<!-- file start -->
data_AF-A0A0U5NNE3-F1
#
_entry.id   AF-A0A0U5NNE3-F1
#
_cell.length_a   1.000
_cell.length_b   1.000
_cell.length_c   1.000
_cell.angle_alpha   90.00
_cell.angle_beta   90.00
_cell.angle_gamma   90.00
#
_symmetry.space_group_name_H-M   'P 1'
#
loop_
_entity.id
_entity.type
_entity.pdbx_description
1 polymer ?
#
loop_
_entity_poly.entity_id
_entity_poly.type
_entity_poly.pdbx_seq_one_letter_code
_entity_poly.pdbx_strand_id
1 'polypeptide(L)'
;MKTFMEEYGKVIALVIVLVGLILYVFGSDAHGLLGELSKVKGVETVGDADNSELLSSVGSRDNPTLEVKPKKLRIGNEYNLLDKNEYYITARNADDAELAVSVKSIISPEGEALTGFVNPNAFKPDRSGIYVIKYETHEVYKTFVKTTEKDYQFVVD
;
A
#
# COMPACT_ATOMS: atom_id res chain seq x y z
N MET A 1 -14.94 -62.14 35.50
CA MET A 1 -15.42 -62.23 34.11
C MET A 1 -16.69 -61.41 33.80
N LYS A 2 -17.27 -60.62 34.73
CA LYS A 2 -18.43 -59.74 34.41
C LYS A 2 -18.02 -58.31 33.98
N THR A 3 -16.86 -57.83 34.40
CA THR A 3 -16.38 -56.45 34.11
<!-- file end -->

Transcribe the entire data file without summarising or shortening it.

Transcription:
data_AF-A0A0U5NNE3-F1
#
_entry.id   AF-A0A0U5NNE3-F1
#
_cell.length_a   1.000
_cell.length_b   1.000
_cell.length_c   1.000
_cell.angle_alpha   90.00
_cell.angle_beta   90.00
_cell.angle_gamma   90.00
#
_symmetry.space_group_name_H-M   'P 1'
#
loop_
_entity.id
_entity.type
_entity.pdbx_description
1 polymer ?
#
loop_
_entity_poly.entity_id
_entity_poly.type
_entity_poly.pdbx_seq_one_letter_code
_entity_poly.pdbx_strand_id
1 'polypeptide(L)'
;MKTFMEEYGKVIALVIVLVGLILYVFGSDAHGLLGELSKVKGVETVGDADNSELLSSVGSRDNPTLEVKPKKLRIGNEYNLLDKNEYYITARNADDAELAVSVKSIISPEGEALTGFVNPNAFKPDRSGIYVIKYETHEVYKTFVKTTEKDYQFVVD
;
A
#
# COMPACT_ATOMS: atom_id res chain seq x y z
N MET A 1 -14.94 -62.14 35.50
CA MET A 1 -15.42 -62.23 34.11
C MET A 1 -16.69 -61.41 33.80
N LYS A 2 -17.27 -60.62 34.73
CA LYS A 2 -18.43 -59.74 34.41
C LYS A 2 -18.02 -58.31 33.98
N THR A 3 -16.86 -57.83 34.40
CA THR A 3 -16.38 -56.45 34.11